Melissa Leo, Annasophia Robb, Anthony Keyvan
WRITTEN AND DIRECTED BY
TSB Films (Independent)
I never agree with the Heartland Film Festival when it comes to their selection for their top prize, a $50,000 monetary award for Best Dramatic Feature.
So, it should come as no surprise that the 2010 winner, Travis Fine's The Space Between, strikes this film critic as a ludicrous selection for the year's top prize despite the immensely satisfying performance of Melissa Leo, who is simply one of Hollywood's most underrated actresses, as Montine.
Montine is a seemingly road weary flight attendant, a woman with a bit of a gruff attitude and silent resignation not too far removed from a recent certain flight attendant who found himself unemployed after going whacko after a Jetblue flight. Montine never goes whacko, but there's a quiet edginess to her that always leaves you wonder. Omar (Anthony Keyvan) is a 10-year-old Pakistani American flying alone across country to an esteemed Muslim school...a destination to which he has no desire to arrive and so he locks himself in the plane's lavatory, falls asleep and wakes up to an empty plane.
Do you know where this is going?
Of course you do.
Of course, there is an ever so slight twist. All of this is occurring on 9/11
What follows is essentially a road movie as Montine takes it upon herself to help the young boy return home to his father, a jaunt that will be uncomfortably formulaic despite Leo's wondrously grounded, no pun intended, performance and the film's inherent drama.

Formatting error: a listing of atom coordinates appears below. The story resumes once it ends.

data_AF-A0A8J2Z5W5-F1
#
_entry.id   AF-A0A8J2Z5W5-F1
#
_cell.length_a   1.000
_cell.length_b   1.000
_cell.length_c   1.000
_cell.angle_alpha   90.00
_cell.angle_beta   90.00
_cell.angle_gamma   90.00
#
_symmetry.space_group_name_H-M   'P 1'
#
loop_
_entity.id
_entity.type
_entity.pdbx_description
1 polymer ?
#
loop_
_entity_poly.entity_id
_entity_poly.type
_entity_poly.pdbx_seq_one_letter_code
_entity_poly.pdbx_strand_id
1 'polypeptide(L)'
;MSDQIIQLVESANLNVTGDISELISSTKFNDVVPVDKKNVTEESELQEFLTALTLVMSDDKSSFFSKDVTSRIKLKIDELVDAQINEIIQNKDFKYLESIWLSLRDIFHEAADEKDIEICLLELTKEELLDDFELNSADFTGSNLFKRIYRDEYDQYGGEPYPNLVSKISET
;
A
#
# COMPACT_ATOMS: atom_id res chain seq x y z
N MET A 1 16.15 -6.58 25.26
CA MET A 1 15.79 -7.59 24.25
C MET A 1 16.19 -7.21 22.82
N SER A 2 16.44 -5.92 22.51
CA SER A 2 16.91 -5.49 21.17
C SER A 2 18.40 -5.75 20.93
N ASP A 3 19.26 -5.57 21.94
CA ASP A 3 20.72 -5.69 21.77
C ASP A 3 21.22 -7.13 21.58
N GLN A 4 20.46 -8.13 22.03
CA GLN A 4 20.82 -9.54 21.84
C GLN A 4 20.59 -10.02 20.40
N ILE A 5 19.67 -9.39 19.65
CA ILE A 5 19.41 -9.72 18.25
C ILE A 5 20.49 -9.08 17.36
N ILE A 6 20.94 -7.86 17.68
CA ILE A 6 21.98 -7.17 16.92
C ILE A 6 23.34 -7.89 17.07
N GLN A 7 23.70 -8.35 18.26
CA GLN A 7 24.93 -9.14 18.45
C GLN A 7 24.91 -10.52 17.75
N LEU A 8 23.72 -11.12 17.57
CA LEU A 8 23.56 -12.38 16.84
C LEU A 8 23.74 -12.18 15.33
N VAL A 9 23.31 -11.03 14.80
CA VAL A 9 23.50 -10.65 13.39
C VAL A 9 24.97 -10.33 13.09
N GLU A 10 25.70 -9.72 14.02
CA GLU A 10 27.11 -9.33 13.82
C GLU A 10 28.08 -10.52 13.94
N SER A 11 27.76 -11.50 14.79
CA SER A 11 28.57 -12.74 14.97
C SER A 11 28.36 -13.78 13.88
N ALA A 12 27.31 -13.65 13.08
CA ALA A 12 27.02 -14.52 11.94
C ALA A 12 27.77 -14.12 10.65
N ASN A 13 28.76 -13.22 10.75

Melissa Leo is a joy to behold here, not exactly a surprise yet it's marvelous to see what a truly gifted actress can do with even the most formulaic of material. Rather than playing up to the film's heightened drama and tension around 9/11, Leo embodies Montine as a fiesty woman with an underlying sadness that perfectly companions Fine's low-key, sensitive direction and Joey Newman's excellent original music.
Keyvan holds his own with Leo, as well, by giving a natural, relaxed performance that intertwines that of Leo's quite nicely. As Montine's brother, Brad William Henke shines along with Annasophia Robb.
The problem with The Space Between isn't the performances, nearly all of which are absolutely fine. The problem is that Fine's script is so intentionally dramatic, so overtly formulaic and manipulative, that one is torn as to whether or not a tear or a chuckle is most appropriate. Virtually every stereotype of a cross-country road trip is here, especially the obligatory racism they will encounter traveling across the country as a wounded Americana struggles to cope with the gigantic punch to the gut that occurred on 9/11/2001. So, too, Fine paints the film's Muslim characters so broadly and with such rainbow-tinted glasses that it's not clear if he's simply trying not to offend the Muslim community or he wants us to all gather around a campfire and sing "Kumbaya."
Nearly all is worthwhile as the film winds down, Leo magnificently bringing to life Montine's long held in grief and allowing it to bubble to the surface and the film itself reaching a point of tremendous resonance. Unfortunately, Fine paces these closing scenes a tad too quickly and what could have been an emotional tour-de-force feels rushed and, again, intentional.
While The Space Between's grand prize win at Heartland isn't quite the travesty that has occurred in previous years at the festival that often emphasizes the human spirit at the expense of cinematic quality, it is a disappointing win that feels more motivated by the film's Hollywood roots. Given the history of 9/11 films at the box-office, it's entirely likely that this is one film that will find its greatest acclaim on the indie film festival circuit.
© Written by Richard Propes
The Independent Critic